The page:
What next for the First World War Centenary?

What next for the First World War Centenary?

Sir Peter Luff, Chair of NHMF and HLF
Sir Peter Luff, Chair of NHMF and HLF
Reflecting on the Centenary so far, HLF’s Chair Sir Peter Luff encourages communities to think beyond 1918 and explore the impacts of the First World War.

The scale of death and suffering caused by the First World War, so powerfully captured by the poetry of Wilfred Owen, Siegfried Sassoon, Rupert Brooke and others, inevitably dominates commemorative activity.

The “war to end all wars” was, of course and sadly, no such thing and so it is right the terror and horror of the war should never be forgotten. But the lasting impact of the First World War also needs to be better understood and commemorated.

National Lottery players supporting local communities  

Thanks to National Lottery players, communities across the UK have been exploring the events of 1914-1918 throughout the Centenary. 

Since we launched our community grants programme First World War: then and now, we have awarded more than £10million to a huge range of community groups, including residents’ associations, women’s institutes, faith groups, YMCAs, refugee councils, theatre groups, and many, many more. I am struck by the variety of topics being explored.

Communities have uncovered stories of Indian, African and Caribbean soldiers, conscientious objection, the home front, the impact on women and children, industry, the experiences of refugees in the UK, advances in medicine and surgery, even women’s football and circus during the war. The list goes on.

A moment of reflection 

With a year and half to go until the Centenary of the Armistice in 2018, this is an appropriate moment to take stock. A moment to ask what more can be done to engage us all with the complex, challenging and often uncomfortable history and legacy of the First World War.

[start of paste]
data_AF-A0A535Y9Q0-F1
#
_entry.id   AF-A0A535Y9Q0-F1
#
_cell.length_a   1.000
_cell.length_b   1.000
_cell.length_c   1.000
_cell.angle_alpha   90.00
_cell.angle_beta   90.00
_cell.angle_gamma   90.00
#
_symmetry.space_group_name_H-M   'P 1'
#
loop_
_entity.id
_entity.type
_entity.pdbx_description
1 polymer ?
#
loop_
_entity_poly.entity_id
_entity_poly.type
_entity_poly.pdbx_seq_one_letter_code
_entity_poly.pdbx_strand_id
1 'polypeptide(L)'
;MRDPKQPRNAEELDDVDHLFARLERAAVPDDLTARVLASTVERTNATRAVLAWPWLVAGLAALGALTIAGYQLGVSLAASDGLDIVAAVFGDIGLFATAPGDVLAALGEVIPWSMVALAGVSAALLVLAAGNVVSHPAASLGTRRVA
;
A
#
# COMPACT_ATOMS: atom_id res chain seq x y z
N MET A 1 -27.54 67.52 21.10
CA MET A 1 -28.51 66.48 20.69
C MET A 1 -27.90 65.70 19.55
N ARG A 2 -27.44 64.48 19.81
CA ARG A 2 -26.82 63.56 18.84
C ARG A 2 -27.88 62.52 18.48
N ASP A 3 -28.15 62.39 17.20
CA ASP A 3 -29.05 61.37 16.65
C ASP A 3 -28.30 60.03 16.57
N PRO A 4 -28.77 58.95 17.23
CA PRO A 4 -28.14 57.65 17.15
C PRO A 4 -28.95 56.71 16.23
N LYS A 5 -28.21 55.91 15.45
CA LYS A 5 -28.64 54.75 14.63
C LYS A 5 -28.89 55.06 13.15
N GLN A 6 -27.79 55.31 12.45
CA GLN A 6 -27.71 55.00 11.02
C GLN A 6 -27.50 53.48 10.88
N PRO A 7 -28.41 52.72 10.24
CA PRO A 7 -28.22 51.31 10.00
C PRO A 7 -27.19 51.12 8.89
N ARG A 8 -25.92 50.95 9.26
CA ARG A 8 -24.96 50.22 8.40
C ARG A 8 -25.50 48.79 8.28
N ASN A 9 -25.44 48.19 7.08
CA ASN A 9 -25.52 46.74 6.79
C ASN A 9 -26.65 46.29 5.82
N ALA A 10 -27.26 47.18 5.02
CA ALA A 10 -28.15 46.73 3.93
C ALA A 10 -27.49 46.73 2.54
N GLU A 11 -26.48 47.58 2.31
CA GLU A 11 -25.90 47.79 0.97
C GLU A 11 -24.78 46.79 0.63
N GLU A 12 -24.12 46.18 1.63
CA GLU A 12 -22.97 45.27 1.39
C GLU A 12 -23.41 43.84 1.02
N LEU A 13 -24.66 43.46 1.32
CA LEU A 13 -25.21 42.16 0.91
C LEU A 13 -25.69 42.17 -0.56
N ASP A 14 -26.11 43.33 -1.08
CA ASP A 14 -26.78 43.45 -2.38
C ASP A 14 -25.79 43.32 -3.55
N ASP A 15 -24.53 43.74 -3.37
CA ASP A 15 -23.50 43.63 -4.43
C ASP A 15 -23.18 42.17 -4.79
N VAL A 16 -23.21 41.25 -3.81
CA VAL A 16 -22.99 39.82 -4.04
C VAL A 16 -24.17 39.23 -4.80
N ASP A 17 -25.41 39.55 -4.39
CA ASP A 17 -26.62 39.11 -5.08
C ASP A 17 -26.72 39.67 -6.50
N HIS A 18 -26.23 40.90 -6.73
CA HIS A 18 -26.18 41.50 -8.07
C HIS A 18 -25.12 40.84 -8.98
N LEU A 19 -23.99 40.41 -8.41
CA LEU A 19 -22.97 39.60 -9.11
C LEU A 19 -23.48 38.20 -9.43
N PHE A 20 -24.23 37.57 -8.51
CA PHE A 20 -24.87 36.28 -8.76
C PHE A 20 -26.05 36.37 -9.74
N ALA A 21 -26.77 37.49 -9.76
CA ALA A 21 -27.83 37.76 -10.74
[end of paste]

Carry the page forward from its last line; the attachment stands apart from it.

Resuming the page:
Last month, Heritage Lottery Fund brought together a small number of cultural organisations and historians at the Imperial War Museum, to reflect upon the Centenary so far and to consider what more could or should be done. It was a fascinating discussion. It was recognised by everyone that this commemoration is being led and shaped by communities, and that this is something to be celebrated. 

[quote]"The war and its impacts didn't end in 1918 and we must recognise this."[/quote]

A point we all agreed on was the importance of exploring the lasting impacts of the war, as well as the events of 1914-1918. The war and its impacts didn't end in 1918 and we must recognise this.

Exploring stories beyond 1918

The Armistice was an enormously significant event in world history, and it is important that we mark its centenary in November 2018. It was not, though, the end of the first global war. This simple but important fact needs to be better understood.

The war itself continued for many combatants well after the European Armistice (my own father, who was by then in Mesopotamia, was only discharged in December 1919) and its wider implications still resonate a century later.

At a personal level, this resonance was only recently brought home to me as I understood for the first time why my childhood was so full of maiden aunts – there weren't enough men to go round after the slaughter in the trenches.